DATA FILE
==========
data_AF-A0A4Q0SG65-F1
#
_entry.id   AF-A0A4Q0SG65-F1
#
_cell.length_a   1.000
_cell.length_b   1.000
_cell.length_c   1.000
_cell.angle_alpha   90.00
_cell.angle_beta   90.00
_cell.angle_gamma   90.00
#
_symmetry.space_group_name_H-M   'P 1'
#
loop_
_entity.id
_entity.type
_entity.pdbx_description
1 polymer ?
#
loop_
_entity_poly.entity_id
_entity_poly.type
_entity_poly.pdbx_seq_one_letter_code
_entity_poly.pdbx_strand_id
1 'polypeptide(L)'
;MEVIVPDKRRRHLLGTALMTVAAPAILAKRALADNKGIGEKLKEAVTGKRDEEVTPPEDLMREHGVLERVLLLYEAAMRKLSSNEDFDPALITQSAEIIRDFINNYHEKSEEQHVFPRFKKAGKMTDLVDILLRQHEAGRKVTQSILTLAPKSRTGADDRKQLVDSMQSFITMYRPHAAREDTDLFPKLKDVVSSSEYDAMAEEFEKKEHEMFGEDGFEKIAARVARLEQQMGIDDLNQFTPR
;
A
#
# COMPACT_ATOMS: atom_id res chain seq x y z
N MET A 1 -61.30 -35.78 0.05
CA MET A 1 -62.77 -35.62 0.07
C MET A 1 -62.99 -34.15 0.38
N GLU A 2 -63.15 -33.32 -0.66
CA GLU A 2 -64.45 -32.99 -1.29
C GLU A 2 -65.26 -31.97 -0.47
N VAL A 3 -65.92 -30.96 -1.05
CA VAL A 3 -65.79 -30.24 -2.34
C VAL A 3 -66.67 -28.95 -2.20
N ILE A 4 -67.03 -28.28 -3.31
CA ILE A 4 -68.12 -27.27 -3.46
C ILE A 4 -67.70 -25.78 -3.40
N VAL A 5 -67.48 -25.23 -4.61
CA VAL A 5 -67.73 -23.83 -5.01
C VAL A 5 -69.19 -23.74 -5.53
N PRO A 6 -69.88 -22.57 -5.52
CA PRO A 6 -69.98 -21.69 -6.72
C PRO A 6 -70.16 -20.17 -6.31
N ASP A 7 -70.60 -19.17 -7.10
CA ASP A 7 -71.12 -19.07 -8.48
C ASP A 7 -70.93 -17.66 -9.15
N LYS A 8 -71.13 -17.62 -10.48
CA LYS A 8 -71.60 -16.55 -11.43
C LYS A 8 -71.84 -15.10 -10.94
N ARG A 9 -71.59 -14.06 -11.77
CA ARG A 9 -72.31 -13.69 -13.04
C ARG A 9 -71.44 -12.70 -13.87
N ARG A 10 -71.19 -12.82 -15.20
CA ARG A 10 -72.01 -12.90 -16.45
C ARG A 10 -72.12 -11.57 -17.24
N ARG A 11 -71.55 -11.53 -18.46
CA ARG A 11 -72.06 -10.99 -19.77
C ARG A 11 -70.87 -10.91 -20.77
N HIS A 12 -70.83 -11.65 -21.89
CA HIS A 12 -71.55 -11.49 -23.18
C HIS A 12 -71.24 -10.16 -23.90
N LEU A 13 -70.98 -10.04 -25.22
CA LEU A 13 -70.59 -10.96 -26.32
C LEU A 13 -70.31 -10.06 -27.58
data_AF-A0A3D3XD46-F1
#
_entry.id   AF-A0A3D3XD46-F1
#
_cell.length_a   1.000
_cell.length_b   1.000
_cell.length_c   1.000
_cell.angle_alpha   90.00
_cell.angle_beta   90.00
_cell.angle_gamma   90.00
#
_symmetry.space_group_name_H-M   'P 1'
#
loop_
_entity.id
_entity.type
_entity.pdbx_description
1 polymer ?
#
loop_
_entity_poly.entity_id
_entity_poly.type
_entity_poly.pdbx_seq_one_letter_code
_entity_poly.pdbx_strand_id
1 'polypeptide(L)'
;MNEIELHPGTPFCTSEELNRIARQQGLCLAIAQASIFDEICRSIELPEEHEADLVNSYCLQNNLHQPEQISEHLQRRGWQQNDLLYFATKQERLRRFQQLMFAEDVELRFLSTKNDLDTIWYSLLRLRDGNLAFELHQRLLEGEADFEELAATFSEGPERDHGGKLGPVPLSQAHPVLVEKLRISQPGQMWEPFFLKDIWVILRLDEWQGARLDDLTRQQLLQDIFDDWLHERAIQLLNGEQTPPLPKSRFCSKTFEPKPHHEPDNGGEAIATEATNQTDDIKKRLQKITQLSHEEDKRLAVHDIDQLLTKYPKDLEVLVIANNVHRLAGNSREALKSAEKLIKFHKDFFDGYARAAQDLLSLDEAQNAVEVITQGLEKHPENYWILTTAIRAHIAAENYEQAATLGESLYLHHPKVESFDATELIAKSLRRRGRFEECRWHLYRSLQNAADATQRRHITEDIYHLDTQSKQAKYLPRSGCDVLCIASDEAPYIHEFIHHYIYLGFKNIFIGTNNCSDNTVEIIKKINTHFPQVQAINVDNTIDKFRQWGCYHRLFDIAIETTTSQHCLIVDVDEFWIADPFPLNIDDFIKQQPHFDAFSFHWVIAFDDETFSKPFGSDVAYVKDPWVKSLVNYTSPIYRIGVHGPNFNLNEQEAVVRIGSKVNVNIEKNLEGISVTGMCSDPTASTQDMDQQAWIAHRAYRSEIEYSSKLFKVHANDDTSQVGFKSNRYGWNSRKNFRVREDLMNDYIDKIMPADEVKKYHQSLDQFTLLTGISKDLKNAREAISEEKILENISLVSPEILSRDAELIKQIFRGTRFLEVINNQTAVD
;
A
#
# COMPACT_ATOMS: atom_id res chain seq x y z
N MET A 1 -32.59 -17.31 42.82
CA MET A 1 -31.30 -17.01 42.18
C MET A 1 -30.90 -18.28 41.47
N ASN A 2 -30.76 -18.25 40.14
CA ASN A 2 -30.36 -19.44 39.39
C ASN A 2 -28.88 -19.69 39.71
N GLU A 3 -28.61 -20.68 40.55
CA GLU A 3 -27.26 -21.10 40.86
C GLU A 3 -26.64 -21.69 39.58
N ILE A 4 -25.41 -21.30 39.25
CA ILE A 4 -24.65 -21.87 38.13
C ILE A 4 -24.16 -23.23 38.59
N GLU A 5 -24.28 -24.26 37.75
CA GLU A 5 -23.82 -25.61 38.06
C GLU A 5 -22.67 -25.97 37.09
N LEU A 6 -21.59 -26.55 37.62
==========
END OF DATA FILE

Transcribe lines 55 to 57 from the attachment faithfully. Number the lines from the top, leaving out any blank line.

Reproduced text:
N ARG A 9 -71.59 -14.06 -11.77
CA ARG A 9 -72.31 -13.69 -13.04
C ARG A 9 -71.44 -12.70 -13.87